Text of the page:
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Home :: Archive :: 1995 :: April ::
Re: Shakespeare and Africa
Shakespeare Electronic Conference, Vol. 6, No. 0330.  Saturday, 22 April 1995.
 
(1)     From:   Scott Crozier <
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        Date:   Friday, 21 Apr 1995 09:53:45 +1100
        Subj:   Re: SHK 6.0317  Qs: Shakespeare and Africa
 
(2)     From:   JC Stirm <
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        Date:   Friday, 21 Apr 95 09:11 PDT
        Subj:   English and Africa
 
(3)     From:   Kimberly Nolan <
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        Date:   Friday, 21 Apr 1995 14:03:27 -0500 (EST)
        Subj:   Shakespeare and Africa
 
(4)     From:   Marcello Cappuzzo <
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        Date:   Saturday, 22 Apr 95 0:31:31 CEST
        Subj:   [Shakespeare and Africa]
 
 
(1)----------------------------------------------------------------------------
From:           Scott Crozier <
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Date:           Friday, 21 Apr 1995 09:53:45 +1100
Subject: 6.0317  Qs: Shakespeare and Africa
Comment:        Re: SHK 6.0317  Qs: Shakespeare and Africa
 
Marcello Cappuzzo, this may be of some help to you. John Gillies has recently
published a work titled *Shakespeare and the Geography of Distance*, Cambridge
University Press. Although this doesn't mention Africa specifically, Gillies
looks at Shakespeare's complex mental universe.
 
Cheers,
Scott Crozier
 
(2)----------------------------------------------------------------------------
From:           JC Stirm <
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Date:           Friday, 21 Apr 95 09:11 PDT
Subject:        English and Africa
 
Dear SHAKSPERians,
 
The recent questions about early modern English ideas abut Africa reminded me
of some materials I haven't seen suggested yet, so here's a short (and
incomplete) list of works I've found which might be useful:
 
Ania Loomba, *Gender, Race, Renaissance Drama*  (mostly re India, but there
might be helpful stuff), 1989 Vaughan and Vaughan, *Shakespeare's Caliban: A
Cultural History*, 1991
 
Jack D'Amico, *The Moor in English Renaissance Drama*, 1991 Hendricks and
Parker, eds.  *Women, "Race," and Writing in Early Modern England*, 1994
 
Kenneth R Andrews, *Trade, Plunder, and Settlement: Maritime Enterprise and the
Genesis of the British Empire, 1480-1630*, 1984
 
Emily C. Bartels, "Imperialist Beginnings: Richard Hakluyt and the Construction
of Africa," *Criticism*, 1992
 
Contemporary materials (including earlier stuff available then, but not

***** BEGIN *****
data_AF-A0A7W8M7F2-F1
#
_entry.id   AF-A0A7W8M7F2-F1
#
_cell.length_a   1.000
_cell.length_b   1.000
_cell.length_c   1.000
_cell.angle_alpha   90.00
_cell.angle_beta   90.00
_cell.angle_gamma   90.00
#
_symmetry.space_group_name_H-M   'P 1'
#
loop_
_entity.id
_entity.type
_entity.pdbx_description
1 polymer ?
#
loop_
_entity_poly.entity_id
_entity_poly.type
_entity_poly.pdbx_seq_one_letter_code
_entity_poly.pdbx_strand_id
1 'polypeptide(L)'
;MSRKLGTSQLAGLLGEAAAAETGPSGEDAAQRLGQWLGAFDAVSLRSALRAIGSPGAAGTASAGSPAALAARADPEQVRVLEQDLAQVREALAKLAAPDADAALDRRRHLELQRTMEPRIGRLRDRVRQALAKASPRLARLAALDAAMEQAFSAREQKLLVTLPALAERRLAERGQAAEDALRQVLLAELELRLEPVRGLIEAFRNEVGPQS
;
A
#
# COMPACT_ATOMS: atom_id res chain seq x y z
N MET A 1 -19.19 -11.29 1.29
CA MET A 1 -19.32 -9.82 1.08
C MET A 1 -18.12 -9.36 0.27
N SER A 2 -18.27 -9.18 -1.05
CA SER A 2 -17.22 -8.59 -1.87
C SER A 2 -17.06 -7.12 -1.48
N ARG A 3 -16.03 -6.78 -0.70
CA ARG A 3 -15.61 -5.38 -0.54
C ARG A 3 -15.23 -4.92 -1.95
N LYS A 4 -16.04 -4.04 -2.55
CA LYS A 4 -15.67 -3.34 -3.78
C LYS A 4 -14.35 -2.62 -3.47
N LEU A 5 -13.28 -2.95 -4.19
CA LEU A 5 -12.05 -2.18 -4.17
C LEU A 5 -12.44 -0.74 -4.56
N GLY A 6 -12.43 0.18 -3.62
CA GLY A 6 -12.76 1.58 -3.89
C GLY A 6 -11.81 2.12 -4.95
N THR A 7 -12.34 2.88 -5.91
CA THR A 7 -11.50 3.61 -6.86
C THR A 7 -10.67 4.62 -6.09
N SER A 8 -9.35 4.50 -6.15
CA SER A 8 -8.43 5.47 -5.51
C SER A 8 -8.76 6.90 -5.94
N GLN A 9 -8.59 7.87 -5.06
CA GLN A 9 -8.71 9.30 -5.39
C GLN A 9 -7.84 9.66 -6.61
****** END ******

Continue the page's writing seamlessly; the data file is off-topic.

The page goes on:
dramatic works):
 
Sir Thomas Browne, "Of the Blackness of Negroes" (ch 10 in the sixth book of
*Pseudodoxia*)
 
Richard Hakluyt, *The Principle Navigations...*
 
John Leo, *A Geographical Historie of Africa*
 
Pliny's *Natural History*
 
Heroclitus
 
Hope this helps,  best,
Jan Stirm

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(3)----------------------------------------------------------------------------
From:           Kimberly Nolan <
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Date:           Friday, 21 Apr 1995 14:03:27 -0500 (EST)
Subject:        Shakespeare and Africa
 
I have 2 sources you might want to check on.  Last spring Patricia Parker
delivered a paper at Univ. of Miami that dealt with Othello and travel
narratives of Africa.  I see that she is co-editor of a book *Women, Race &
Writing in Early Modern England* The article she gave as a talk seems to be in
that book along with some other very interesting titles.
 
Also, Anthony Barthelemy has a book *Black Face, Maligned Race* that might be
useful.
 
(4)----------------------------------------------------------------------------
From:           Marcello Cappuzzo <
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Date:           Saturday, 22 Apr 95 0:31:31 CEST
Subject:        [Shakespeare and Africa]
 
Dear Colleagues,
 
Thank you very much for your generous responses to my message on Shakespeare
and Africa.  Goldsmith's definition of friendship -- "a disinterested commerce
between equals" -- is certainly more defensible (though "commerce" sounds a bit
awkward in this context) than Bacon's statement that there is little friendship
in the world, "and least of all between equals".
 
Yes, I like this SHAKSPER of friendly colleagues ("equals")! Btw: a few days
ago we all -- I presume -- received "a formal Request For Discussion (RFD) on
the subject of creating [a new] Usenet newsgroup:  humanities.literature.
shakespeare."  One of the main points of the proponent's rationale is that the
new group "will be unmoderated, unlike the listserv group (SHAKSPER) which is
moderated and has banned discussion on certain subjects such as the possible
pseudonymity of the name, Shakespeare."
 
Well, excuse me, but I _must_ give voice to my patriotic pride. At last the
"English" bard will be restored to his real identity -- that of the Italian
gentiluomo Signor Guglielmo Scotilanza. This should have happened some fifty
years ago, but at that time one way or another "la perfida Albione" managed to
have the better of her opponents.  Now time's up -- justice shall prevail!
 
On the other hand, I ask myself if the creation of a new group for discussion
of Scotilanza and surroundings can really be useful and will not, on the
contrary, result in an unnecessary duplication -- or, worse, in a fragmentation
-- of the present "listserv group" (which certainly _is_ moderated, but -- it
seems to me -- in a decidedly reasonable, temperate, "moderate" manner).
 
Yours,
Marcello Cappuzzo
University of Palermo
 

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